About Rise

Every year almost 300,000 children enter foster care nationwide. Media coverage of foster care focuses on tragic child deaths, the need for foster and adoptive parents, and the experiences of young people who “age out” of foster care at 18 or 21. Less understood is that more than half of children in foster care return home to their parents–and that nearly every child who enters foster care wants to go home.

Accessing family support services and navigating the family court system with little support requires extraordinary determination. Rise’s mission is to train parents to write and speak about their experiences in order to support parents and parent advocates and and to guide child welfare professionals in becoming more responsive to the families and communities they serve. Our goal is to reduce unnecessary family separations and increase the likelihood that children who are placed in foster care quickly and safely return home.

Through therapeutic writing workshops for parents, a publication reaching 20,000 readers nationwide, public speaking and staff training reaching thousands of child welfare professionals in New York City, and partnerships with foster care agencies to strengthen their supports for parents, Rise changes the story of who these parents are–and who they can become.

News

Rise Presents to Child Welfare Leaders: How are you informing, orienting and encouraging parents?

Rise Parent leader Jeanette Vega delivered an inspiring speech to directors of child welfare agencies at the Council of Family and Child Caring Agencies’ (COFCCA) annual meeting. Jeanette focused on toxic stress and the role it plays in a parent’s—and child’s— life once involved in the system. Here’s the full transcript: 

In the fall when I read Steve Cohen’s paper I was shocked and amazed to think that there was a name— toxic stress— for what I … Read More

News

Rise Parent Leaders Deliver Keynote Address to ABA Parent Attorney Conference

Rise parent leaders Nancy Fortunato and Jeanette Vega presented to 400 attorneys at the American Bar Association conference for parent attorneys on April 25. Here is the text of their speech: 

Thank you for the opportunity to present about parents’ perspectives on family court.

The main thing we want you to hear today is that parents come into court feeling powerless. When our children are removed, we feel the ultimate in powerlessness.

To get our children back, we … Read More

Staff Training

Setting Parents Up for Success in Visits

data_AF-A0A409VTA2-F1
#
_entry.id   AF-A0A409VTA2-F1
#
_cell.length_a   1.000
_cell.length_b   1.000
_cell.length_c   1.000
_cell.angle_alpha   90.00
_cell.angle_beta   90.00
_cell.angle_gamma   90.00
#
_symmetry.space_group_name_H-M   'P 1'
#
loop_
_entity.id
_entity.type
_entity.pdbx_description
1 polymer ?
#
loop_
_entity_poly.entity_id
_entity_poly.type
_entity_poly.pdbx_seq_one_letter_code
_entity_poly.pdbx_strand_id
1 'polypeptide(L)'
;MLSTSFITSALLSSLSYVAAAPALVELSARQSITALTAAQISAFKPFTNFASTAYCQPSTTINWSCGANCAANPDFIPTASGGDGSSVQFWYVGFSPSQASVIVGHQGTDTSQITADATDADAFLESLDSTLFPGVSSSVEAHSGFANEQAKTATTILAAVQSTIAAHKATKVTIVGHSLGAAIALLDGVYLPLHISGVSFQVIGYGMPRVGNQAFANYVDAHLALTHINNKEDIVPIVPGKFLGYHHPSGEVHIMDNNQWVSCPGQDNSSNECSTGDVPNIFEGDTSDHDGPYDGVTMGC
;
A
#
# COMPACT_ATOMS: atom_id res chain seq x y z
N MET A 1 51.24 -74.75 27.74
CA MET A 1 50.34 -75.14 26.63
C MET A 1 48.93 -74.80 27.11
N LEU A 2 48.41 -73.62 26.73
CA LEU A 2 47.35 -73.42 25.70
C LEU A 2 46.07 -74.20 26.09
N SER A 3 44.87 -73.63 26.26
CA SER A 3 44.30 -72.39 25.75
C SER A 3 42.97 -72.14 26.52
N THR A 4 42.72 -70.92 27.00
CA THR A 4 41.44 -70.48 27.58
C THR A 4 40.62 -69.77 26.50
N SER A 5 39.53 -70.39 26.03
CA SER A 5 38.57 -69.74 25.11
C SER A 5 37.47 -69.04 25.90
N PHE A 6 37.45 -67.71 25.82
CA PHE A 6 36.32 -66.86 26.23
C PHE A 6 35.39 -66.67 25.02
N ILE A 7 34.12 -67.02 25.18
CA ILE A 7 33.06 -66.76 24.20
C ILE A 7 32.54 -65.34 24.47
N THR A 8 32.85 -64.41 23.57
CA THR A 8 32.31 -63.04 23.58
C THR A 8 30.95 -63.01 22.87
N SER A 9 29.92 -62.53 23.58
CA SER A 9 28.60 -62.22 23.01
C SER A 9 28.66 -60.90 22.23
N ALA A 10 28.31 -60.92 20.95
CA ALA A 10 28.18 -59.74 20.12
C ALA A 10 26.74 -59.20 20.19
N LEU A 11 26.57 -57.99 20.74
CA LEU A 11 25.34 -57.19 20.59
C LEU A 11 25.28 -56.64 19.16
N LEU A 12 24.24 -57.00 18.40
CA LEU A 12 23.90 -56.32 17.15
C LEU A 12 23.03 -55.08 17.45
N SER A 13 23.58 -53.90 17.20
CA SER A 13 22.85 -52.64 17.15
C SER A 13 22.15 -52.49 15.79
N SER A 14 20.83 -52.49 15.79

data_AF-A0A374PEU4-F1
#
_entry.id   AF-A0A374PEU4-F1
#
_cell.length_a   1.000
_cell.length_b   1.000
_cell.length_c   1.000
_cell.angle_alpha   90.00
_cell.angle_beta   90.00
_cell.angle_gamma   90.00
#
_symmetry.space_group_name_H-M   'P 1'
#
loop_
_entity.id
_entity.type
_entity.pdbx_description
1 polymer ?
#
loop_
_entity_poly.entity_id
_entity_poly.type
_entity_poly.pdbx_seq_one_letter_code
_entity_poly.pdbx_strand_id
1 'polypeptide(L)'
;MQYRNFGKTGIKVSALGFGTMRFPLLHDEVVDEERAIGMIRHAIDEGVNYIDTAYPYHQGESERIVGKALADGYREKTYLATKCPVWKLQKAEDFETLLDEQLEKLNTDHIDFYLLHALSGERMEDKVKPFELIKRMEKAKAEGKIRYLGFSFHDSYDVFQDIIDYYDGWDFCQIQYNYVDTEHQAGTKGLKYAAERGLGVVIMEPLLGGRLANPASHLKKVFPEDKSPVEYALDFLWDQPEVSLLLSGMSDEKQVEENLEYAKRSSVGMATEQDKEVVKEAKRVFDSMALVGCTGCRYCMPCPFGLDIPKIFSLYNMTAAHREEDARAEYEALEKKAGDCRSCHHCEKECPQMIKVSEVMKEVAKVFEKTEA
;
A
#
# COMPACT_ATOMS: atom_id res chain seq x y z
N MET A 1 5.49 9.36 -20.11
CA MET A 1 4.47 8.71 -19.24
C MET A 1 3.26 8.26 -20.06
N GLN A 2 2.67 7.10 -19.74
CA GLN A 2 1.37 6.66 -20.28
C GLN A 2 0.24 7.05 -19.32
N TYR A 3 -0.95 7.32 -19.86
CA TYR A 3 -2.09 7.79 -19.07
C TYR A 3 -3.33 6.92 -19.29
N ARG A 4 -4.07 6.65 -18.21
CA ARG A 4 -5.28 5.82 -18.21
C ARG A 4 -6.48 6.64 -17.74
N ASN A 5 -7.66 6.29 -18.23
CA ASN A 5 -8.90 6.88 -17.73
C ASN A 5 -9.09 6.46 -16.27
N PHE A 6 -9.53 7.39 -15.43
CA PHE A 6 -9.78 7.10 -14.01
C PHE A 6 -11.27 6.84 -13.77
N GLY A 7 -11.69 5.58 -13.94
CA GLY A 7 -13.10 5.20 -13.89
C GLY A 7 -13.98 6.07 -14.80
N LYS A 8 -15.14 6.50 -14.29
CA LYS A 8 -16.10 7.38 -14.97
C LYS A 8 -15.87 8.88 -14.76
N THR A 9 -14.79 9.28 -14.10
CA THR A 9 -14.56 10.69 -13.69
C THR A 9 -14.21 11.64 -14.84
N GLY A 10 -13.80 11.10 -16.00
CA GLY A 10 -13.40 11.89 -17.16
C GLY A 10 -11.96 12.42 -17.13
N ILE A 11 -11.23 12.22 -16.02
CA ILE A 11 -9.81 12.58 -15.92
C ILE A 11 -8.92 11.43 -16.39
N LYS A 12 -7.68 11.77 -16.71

Rise’s visiting TIPS are designed to inform parents and support positive communication between parents and caseworkers. Reviewing Making the Most of Visits when parents first start visiting children in foster care can help parents understand what’s expected in visits and how other parents have made visits as positive as possible.

Parents come to foster care agencies experiencing not only the trauma of losing their child but also the confusion of navigating a complex system. Parents must:

• Keep track of … Read More

Advocacy

Strengthening the System through Parent Voice – The more child welfare can support parents using their voices during their case, the better equipped they’ll be to solve problems down the road

This is a speech Jeanette gave at the Schuyler Center as part of a panel on innovations in child welfare reform.

Today I will talk to you about what’s needed in child welfare reform from a parent’s perspective. That is voice—parents having a powerful voice in their cases and in the system.

You might be thinking, why does a parent need a voice?

I’m sure you hear us all the time screaming, fighting and arguing at the agencies. … Read More

Partners

‘We’ve come to see Rise as an organization that’s very thoughtful about how to do sophisticated training with caseworkers that has a real impact.’

Interview with Elizabeth McCarthy, CEO, and Jane Golden, Chief Program Officer at Sheltering Arms in New York City

Jane: For the past two years, our foster care staff have participated in writing groups led by Rise’s Editorial Director, Rachel Blustain. The group allowed the caseworkers to talk about what it’s like to do their job and to write stories about their experiences working with parents with children in foster care.

Elizabeth: We wanted to give staff an … Read More